Labor Day long ago joined most of our other civic holidays in losing whatever original public significance it may have had in order to become just a "holiday weekend." (My guess is that, having always been set on a Monday, it may actually have helped pave the way there!) Even as a kid growing up, before the American labor movement had entered its now evident decline, it was obvious to anyone that Labor Day was more about the end of summer vacation, the last day for women to wear their white shoes and men their straw hats, and the return to school and normal activities, than any civic celebration of American workers (and the affluence their astounding productivity had helped produce).
Even so, as a somewhat artificial date, not connected to any true turning point of the annual solar cycle, Labor Day does not necessarily suggest an end to summer and its sufferings. When I was in grad school, Labor Day weekend was distinctly dreaded, because the University library would be closed for 3 days for its annual sprucing up before the start of school. In those days when so few other places were air-conditioned, that meant not only no place for grad students to read and study (and socialize) but also no place to get cool and to breathe some pollen-free air.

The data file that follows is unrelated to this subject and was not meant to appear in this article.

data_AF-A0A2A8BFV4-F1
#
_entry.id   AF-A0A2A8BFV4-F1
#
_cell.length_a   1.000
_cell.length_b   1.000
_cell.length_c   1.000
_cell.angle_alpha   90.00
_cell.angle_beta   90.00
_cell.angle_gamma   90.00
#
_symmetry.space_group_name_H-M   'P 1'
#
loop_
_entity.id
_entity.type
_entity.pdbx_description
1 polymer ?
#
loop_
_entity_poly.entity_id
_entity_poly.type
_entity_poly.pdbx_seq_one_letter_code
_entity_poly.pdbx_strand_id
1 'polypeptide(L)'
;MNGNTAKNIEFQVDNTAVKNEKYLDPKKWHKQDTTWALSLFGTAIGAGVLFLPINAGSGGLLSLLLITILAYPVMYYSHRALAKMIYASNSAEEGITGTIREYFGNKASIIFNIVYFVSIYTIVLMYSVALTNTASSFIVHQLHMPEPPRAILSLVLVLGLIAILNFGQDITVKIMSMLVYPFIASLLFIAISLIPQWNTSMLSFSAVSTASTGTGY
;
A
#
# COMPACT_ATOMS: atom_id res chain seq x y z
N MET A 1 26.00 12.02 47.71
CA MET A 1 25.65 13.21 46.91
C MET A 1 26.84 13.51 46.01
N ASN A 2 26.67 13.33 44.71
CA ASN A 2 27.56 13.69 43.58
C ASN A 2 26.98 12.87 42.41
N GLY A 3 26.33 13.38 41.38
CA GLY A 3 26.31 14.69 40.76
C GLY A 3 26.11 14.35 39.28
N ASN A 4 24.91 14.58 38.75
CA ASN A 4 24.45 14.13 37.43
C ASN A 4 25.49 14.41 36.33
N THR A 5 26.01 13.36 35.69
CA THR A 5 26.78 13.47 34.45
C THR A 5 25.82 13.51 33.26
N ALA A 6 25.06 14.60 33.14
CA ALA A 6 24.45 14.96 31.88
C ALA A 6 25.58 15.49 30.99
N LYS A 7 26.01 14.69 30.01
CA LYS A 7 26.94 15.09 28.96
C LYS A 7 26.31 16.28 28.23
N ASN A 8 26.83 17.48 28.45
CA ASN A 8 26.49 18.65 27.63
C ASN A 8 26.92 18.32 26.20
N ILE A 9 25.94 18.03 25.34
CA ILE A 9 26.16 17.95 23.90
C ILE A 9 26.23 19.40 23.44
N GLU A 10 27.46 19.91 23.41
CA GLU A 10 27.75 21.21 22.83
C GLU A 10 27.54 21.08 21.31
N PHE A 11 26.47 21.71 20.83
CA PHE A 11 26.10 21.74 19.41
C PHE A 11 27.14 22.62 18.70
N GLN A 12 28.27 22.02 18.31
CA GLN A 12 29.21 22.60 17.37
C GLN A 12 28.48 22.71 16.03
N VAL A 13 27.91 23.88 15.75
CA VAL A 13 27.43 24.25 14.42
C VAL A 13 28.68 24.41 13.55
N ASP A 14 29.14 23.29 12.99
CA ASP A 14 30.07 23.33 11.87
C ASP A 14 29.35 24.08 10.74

And so it was, with a storehouse of such recollections, that I travelled to our national capital of heat and humidity, Washington, DC, this Labor Day weekend for the joyful occasion of a Paulist Final Profession and Diaconate Ordination. As it turned out, the weather has been beautiful beyond any expectation - a nice natural complement to the joyous celebrations I have happily been a part of these past few days.
Saturday morning's ordination of 4 deacons from 3 religious communities at the Basilica of the National Shrine was (as it should be) a joyful expression of what Vatican II called "the hierarchical constitution of the Church" and a solemn celebration of our confident hope in the continuance of the Church's mission in this country. Saturday evening's Mass of Thanksgiving at Holy Martyrs of Vietnam Parish in Arlington, VA, further reinforced that sense of hope for the present and future of the Church in America, as a good representation of Paulists joined the resident Dominicans in concelebrating a Mass in their nice new church, accompanied by beautiful music from the parish's youthful choir and instrumental ensemble, followed by a delicious Vietnamese feast in the parish hall.
Labor Day may be a totally artificial seasonal marker, but it works. Once Labor Day is over and done with, no matter how hot it may sadly still be, everyone will be ready for the full schedule of normal parish activities, responding anew to the challenge of making Christ's presence and action in our world both visible and credible.